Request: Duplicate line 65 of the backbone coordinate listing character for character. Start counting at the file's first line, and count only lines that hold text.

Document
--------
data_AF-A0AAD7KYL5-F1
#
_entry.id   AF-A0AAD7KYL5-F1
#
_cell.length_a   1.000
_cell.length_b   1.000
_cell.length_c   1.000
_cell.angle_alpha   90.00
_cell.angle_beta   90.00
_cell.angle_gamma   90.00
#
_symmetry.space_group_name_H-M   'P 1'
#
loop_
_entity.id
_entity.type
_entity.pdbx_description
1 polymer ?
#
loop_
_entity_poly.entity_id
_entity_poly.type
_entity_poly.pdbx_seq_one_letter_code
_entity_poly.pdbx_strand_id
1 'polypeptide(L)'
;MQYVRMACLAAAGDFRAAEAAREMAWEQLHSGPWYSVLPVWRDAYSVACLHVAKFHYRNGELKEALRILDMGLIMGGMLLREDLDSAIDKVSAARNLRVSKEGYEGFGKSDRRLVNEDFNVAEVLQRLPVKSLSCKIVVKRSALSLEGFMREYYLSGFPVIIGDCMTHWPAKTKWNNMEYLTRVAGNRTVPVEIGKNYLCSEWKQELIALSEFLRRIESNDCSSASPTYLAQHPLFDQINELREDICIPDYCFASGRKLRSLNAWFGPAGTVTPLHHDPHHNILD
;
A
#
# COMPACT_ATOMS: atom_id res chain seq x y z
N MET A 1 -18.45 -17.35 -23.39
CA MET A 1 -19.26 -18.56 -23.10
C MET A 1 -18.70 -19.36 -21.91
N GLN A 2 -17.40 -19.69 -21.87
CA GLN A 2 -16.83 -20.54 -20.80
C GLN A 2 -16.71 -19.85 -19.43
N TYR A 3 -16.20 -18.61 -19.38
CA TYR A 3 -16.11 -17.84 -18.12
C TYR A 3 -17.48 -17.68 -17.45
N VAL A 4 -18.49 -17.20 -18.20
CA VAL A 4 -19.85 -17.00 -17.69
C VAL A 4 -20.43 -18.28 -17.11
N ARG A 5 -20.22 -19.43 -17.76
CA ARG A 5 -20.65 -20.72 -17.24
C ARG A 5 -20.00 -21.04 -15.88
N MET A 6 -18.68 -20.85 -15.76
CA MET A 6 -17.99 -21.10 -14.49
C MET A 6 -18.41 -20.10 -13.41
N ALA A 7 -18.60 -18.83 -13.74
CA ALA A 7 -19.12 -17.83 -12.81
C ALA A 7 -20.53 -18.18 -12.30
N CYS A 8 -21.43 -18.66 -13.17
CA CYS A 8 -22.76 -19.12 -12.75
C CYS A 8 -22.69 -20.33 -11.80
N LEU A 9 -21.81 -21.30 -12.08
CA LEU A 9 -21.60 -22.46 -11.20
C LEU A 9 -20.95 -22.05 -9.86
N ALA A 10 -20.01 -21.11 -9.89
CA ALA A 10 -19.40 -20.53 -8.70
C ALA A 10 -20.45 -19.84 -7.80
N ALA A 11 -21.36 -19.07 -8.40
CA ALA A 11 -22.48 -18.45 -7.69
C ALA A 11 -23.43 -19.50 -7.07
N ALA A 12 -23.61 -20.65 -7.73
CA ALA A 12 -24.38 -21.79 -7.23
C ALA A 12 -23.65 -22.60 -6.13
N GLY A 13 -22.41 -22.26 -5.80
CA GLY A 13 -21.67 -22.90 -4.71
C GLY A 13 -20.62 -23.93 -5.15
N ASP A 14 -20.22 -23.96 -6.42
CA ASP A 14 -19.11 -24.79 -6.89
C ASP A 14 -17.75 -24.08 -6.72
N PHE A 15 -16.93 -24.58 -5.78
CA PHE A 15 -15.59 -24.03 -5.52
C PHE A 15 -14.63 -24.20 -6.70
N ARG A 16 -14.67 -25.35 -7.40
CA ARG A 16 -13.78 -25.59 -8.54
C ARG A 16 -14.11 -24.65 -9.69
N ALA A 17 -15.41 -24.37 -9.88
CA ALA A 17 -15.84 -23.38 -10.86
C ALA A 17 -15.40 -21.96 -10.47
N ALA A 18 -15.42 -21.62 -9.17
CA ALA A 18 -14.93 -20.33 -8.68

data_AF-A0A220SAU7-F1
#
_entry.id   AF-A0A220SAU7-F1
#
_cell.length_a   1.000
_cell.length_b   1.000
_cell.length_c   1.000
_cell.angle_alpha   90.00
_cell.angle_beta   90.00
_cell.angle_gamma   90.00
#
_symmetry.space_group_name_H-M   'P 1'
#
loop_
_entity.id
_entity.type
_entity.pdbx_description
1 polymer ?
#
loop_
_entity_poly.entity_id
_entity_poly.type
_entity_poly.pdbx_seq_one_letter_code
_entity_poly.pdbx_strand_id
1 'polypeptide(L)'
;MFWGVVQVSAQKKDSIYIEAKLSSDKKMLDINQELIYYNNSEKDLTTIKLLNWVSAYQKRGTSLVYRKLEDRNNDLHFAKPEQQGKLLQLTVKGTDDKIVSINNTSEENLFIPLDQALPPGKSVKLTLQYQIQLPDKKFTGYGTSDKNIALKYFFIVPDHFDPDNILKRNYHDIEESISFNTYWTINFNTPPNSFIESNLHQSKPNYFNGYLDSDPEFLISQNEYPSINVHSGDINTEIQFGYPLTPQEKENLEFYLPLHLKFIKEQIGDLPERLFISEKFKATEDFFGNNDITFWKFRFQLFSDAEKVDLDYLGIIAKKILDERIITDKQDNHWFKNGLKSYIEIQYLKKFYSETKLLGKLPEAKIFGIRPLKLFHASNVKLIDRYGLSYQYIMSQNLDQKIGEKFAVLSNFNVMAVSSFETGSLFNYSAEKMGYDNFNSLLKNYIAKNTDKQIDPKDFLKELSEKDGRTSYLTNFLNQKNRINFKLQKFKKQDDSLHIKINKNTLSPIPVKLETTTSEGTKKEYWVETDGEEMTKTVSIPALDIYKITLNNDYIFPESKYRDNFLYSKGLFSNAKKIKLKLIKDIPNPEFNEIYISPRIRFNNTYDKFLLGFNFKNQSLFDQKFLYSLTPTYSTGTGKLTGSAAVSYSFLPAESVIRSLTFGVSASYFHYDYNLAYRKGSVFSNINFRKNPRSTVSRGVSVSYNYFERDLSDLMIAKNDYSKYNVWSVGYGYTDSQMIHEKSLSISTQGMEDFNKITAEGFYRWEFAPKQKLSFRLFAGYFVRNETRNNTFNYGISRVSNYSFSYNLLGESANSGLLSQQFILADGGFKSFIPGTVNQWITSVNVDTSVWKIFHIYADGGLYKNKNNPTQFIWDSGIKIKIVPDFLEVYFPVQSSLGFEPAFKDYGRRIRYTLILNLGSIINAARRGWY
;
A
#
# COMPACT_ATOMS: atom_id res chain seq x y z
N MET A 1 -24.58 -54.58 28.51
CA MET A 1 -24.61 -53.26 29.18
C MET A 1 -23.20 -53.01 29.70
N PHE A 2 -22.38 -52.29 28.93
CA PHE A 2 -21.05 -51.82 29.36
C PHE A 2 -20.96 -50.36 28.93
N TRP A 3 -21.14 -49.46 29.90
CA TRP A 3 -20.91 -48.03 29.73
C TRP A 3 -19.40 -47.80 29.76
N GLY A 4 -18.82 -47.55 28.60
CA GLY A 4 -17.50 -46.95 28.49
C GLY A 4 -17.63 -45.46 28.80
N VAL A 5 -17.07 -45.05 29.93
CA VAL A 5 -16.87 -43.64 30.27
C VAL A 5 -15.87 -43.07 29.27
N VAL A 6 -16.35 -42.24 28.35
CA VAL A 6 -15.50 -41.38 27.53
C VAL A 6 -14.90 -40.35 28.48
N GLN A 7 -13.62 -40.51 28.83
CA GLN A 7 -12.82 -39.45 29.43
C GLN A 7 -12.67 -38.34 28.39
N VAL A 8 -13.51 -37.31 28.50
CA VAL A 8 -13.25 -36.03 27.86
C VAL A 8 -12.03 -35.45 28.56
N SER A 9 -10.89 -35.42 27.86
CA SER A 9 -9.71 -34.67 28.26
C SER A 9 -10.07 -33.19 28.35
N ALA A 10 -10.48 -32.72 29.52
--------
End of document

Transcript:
CA ALA A 12 -24.38 -21.79 -7.23